Mars: Collapsed Canyon
|Slice through the Valles Marineris, showing the highlighted area of interest. Credit: NASA/JPL|
These images, taken by the High Resolution Stereo Camera (HRSC) on board ESA’s Mars Express spacecraft, show the detailed structure of Coprates Catena, a southern part of the Valles Marineris canyon system on Mars.
Coprates Catena is a chain of collapsed structures, which run parallel to the main valley Coprates Chasma.
These collapsed structures vary between 2500 and 3000 meters deep, which is far less than the depth of the main valley at 8000 metres. A few landslides can be seen on the valley walls.
The valley chains have no connection to the lowland plains as compared to the main valleys. This indicates that their origin is solely due to the expansion of the surface, or collapse, with removal of underlying material (possibly water or ice).
On the valley floor, brighter layers are exposed, which could be material of the same composition as seen in other parts of Valles Marineris, where sulphates have been measured by the OMEGA spectrometer instrument on board Mars Express.
|Coprates in nadir view Credit: ESA|
Image resolution has been decreased for use on the internet. The colour images were processed using the HRSC nadir (vertical view) and three colour channels.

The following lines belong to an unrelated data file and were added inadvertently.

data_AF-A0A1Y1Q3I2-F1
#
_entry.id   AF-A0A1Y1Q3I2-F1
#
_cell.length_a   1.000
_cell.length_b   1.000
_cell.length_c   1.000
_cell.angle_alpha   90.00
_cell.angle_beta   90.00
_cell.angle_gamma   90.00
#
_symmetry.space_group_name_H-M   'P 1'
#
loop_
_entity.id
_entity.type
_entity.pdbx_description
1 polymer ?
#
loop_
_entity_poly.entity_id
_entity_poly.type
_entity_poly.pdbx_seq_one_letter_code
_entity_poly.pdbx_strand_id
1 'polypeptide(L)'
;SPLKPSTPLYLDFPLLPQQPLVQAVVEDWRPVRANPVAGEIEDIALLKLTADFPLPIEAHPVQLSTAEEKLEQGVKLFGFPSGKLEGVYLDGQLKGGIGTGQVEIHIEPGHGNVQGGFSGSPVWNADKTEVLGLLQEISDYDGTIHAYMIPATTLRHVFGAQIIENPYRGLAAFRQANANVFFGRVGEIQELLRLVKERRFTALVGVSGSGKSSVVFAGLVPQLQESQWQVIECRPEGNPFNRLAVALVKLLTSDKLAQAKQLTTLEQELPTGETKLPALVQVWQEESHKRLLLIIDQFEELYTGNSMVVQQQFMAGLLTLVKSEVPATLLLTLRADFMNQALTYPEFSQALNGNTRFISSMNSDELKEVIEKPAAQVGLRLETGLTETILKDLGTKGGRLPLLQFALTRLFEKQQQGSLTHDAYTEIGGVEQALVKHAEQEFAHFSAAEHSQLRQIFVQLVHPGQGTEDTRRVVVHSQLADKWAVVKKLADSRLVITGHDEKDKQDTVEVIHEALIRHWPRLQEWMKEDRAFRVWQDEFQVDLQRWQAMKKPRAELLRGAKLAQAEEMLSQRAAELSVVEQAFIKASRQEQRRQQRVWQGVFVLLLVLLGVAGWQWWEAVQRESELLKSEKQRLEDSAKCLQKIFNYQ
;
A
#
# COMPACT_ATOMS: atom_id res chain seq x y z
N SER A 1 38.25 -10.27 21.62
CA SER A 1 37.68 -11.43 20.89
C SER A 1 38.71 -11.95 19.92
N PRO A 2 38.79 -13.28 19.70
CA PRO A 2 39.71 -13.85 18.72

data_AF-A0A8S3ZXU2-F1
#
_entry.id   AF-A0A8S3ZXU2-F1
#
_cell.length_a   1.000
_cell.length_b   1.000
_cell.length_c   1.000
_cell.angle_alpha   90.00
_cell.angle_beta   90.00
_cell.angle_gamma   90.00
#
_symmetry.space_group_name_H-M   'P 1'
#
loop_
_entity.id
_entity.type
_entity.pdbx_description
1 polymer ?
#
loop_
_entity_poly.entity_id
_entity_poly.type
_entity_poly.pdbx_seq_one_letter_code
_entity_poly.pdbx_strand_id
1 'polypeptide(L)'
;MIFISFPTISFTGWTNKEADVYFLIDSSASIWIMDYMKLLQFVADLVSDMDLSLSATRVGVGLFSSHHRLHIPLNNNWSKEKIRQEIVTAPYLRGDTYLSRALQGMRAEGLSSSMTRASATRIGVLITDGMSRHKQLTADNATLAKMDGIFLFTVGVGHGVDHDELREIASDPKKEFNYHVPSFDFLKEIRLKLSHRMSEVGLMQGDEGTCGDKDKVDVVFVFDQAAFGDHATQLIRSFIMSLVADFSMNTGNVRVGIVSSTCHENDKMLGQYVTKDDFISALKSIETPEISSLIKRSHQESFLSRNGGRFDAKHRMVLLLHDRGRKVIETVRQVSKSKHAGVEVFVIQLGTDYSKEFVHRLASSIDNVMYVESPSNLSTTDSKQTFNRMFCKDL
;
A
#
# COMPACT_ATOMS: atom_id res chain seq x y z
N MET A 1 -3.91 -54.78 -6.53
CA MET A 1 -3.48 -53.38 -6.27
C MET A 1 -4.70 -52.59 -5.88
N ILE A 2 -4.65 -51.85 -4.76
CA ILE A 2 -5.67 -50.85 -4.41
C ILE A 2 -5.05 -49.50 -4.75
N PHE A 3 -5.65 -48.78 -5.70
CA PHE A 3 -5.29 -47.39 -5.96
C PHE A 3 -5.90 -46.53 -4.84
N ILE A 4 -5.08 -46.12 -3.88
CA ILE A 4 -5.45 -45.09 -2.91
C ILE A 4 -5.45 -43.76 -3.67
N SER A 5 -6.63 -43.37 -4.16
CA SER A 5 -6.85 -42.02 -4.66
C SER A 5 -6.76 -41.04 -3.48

The perspective views were calculated from the digital terrain model derived from the stereo channels.
The Valles Marineris region is one of the most studied areas on Mars. The canyon system is one of the major keys to the tectonic and volcanic history of this planet. Research on the sedimentary rocks and the products of erosion can also provide major insights into its climatic evolution.
Due to the stereo capability of the HRSC, the new image data gained can provide new insights into the geology of Mars. This will lead to a new, more precise reconstruction of Martian geological history.
Related Web Pages
Giving Mars Back its Heartbeat
Looking for Martian Life
Should We Terraform?
Walking Naked on the Red Planet
United Nations of Mars
Living on Mars
The Martian Future
Mars Exploration Rover Mission: Home